- Kim Durham

12/5 - Newcomb, HRM 302: I spotted a great blue heron today on the Hudson River! At first I didn't know what it was because it was standing so still. When I recognized it was a heron, I wondered if it was ill because it was entirely rigid and two ravens were lurking on the ice nearby. When I came back from the dump [the road to the transfer station runs along the river in Newcomb], the heron was flying away upriver. It must've been fine. The ravens were nowhere to be seen.
- Rynda McCray

12/6 - Newcomb, HRM 302: We have had a lot of critters out and about despite the chilly air temperature (it was 5 degrees F last night at the Adirondack Park Visitors Interpretive Center). On a night walk, Toby Rathbone and I saw tracks from white-tailed deer, snowshoe hare, fox, and coyote. And while intellectually we know that these animals are out there all the time, it always seems like they suddenly appear just because now we can see their tracks! Toby knows better, but those of us with deficient "sniffers" are to be pitied, for to us the world is an empty place.
- Ellen Rathbone

12/6 - Staten Island, New York City: On my way from New Jersey to Jamaica Bay, I had crossed the Outerbridge near dusk and was heading north into Staten Island. There, ahead of me near the top of a leafless tree, was the unmistakable silhouette of a great horned owl.
- Dery Bennett

12/7 - Milan, HRM 90: During our first snow of the season I noticed a flash go by the suet feeder. It was too quick to identify until it landed on my fence. It was an accipiter, probably a sharp-shinned hawk. I've seen this bird, or one like it, before, but have not been able to identify it as it usually left as quickly as it appeared with a nuthatch or chickadee in its grasp. This time it missed and was waiting for a second chance. After a short wait it left since all of the potential victims had vanished.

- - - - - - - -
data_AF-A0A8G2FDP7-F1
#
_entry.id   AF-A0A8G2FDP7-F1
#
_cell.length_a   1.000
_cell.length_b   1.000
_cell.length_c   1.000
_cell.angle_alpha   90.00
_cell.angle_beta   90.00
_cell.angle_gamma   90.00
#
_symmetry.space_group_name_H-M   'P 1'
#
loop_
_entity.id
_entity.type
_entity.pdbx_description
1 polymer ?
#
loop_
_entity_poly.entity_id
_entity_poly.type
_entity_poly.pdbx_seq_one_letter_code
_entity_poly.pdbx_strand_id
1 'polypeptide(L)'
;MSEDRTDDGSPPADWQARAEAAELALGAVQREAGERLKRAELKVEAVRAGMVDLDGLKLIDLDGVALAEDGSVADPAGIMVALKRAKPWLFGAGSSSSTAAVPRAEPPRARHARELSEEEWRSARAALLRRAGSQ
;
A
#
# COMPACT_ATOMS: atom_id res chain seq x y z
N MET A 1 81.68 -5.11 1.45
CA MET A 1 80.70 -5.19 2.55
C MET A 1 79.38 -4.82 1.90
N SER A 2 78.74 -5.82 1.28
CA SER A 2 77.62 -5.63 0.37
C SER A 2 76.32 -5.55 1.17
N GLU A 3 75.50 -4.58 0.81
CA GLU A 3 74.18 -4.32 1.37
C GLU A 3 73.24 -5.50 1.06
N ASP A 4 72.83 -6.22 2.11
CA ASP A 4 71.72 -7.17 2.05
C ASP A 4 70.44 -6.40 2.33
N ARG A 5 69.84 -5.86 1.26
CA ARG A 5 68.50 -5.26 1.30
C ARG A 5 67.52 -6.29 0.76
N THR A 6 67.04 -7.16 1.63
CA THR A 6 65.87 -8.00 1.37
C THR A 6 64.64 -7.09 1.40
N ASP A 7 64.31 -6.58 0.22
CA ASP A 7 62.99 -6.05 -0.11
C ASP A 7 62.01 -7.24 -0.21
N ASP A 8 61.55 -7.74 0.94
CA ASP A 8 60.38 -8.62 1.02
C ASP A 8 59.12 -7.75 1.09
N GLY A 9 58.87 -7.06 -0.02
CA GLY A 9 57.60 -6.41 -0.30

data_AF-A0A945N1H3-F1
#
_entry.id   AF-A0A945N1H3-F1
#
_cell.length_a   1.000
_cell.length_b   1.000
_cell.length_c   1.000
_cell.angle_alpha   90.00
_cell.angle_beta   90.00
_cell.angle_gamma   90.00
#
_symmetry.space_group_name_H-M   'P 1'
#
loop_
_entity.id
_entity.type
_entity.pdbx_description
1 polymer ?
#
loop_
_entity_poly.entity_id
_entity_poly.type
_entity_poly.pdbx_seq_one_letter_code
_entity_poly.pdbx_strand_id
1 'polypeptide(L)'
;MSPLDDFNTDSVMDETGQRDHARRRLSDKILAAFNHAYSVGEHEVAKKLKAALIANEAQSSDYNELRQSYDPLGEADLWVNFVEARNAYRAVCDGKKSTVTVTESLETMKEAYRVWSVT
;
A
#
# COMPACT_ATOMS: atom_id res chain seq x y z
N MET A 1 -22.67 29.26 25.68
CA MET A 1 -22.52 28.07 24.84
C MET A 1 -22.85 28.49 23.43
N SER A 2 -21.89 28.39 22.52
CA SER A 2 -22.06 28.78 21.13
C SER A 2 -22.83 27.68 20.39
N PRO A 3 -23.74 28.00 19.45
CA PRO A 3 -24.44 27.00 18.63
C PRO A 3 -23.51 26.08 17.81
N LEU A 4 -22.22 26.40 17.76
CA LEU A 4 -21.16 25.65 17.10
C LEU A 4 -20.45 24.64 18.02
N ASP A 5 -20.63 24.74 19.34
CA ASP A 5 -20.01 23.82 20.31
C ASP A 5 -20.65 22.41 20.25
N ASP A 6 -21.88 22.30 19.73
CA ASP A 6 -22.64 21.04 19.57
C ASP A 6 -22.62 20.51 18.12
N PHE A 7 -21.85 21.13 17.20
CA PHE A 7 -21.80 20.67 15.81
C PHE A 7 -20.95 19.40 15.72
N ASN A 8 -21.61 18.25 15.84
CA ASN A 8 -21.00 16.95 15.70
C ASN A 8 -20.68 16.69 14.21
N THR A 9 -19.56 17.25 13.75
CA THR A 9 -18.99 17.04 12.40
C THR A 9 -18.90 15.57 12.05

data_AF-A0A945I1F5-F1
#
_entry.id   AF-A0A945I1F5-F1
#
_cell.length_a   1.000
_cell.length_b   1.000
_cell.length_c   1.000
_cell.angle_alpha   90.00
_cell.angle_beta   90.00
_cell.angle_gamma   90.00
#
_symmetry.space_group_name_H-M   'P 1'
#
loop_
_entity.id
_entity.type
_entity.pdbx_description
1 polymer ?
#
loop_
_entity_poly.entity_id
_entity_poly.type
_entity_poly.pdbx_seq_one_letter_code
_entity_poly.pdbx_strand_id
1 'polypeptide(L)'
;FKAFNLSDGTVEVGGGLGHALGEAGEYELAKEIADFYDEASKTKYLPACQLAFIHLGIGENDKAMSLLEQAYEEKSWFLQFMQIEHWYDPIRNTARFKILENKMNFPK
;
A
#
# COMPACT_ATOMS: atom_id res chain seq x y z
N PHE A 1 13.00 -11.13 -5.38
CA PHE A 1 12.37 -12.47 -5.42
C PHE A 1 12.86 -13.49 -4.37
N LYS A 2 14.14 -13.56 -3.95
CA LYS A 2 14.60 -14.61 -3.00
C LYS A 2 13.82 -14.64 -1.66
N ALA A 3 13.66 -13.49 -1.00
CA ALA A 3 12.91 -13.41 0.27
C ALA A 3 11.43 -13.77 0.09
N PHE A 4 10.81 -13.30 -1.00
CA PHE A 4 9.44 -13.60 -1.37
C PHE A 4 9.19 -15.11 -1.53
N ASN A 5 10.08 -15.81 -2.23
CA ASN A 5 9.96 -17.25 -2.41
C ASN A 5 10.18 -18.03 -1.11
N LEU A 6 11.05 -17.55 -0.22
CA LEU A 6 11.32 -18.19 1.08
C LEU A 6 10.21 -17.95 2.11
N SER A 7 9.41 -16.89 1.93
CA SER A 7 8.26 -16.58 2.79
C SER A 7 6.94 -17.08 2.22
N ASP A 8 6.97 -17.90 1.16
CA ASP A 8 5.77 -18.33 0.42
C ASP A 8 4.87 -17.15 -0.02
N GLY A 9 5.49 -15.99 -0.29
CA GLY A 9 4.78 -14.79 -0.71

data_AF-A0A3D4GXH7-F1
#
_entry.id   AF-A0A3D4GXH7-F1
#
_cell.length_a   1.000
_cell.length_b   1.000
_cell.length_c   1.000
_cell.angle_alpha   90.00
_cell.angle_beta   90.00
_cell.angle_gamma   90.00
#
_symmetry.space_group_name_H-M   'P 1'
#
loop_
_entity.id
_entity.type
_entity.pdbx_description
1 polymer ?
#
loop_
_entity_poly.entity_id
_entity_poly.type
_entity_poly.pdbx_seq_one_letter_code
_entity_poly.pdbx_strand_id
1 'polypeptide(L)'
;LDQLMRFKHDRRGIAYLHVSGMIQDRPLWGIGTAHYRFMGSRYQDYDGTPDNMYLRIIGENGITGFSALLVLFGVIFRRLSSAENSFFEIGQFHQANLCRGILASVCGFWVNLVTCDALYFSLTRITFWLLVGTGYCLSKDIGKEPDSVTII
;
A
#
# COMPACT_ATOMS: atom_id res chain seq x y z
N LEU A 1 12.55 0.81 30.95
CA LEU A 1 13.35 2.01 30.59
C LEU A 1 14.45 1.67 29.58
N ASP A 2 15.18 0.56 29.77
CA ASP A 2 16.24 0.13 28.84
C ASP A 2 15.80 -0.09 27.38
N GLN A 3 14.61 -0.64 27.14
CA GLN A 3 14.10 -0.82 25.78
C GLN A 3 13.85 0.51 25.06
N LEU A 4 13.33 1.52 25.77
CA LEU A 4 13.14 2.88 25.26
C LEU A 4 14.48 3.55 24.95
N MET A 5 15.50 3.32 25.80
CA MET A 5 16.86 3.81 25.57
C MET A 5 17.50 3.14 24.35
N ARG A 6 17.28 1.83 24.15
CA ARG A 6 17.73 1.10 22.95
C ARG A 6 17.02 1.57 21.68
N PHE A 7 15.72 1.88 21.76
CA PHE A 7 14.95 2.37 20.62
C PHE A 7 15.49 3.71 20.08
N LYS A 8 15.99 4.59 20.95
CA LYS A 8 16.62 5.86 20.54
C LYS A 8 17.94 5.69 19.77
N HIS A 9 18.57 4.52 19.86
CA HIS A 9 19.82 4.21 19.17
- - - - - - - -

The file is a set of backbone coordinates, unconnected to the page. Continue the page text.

- Marty Otter

12/7 - Navesink River, NJ: A cold snap overnight appears to have delivered some winter diving ducks, 25 greater scaup, the first of the year. They were bobbing near but definitely separate from about the same number of brant.
- Dery Bennett

12/8 - Cheviot, HRM 106: I woke up at 8:00 AM to see 37 mute swans swimming off Cheviot, in the company of several Canada geese, amid the first skim of ice in the open river. The air temperature dropped to 12 degrees F last night.
- Jude Holdsworth

12/8 - Blue Point, Ulster County, HRM 74: While sunset was officially at 4:29, the earliest of the year, the prominence of Blue Point had captured all sunlight five minutes earlier. At 4:33, an incredible sight filled the sky over the Hudson: A river of crows, hundreds of yards wide, hundreds of feet deep, came across the river. It was a continuous flow, many thousands of birds, all heading to their familiar night roost along the river in Poughkeepsie.
- Tom Lake

12/8 - Sandy Hook, NJ: After being alerted that three snowy owls had been seen on Long Island within the past week, we spotted one in the dunes at Sandy Hook this afternoon. They may prefer dunes and beaches that resemble their native haunts, the tundra. They come down this way when prey is scarce to the north. If they come this early it's probably going to be a good snowy owl season.
- Dery Bennett

Previous Week's Almanac

Next Week's Almanac

  • Important Links
  • Links Leaving DEC's Website
  • Contact for this Page
  • Hudson River Estuary Program
    NYSDEC Region 3
    21 S Putt Corners Rd
    New Paltz, NY 12561
    fax: (845) 255-3649
    Send us an email
  • This Page Covers
  • Page applies to Hudson River region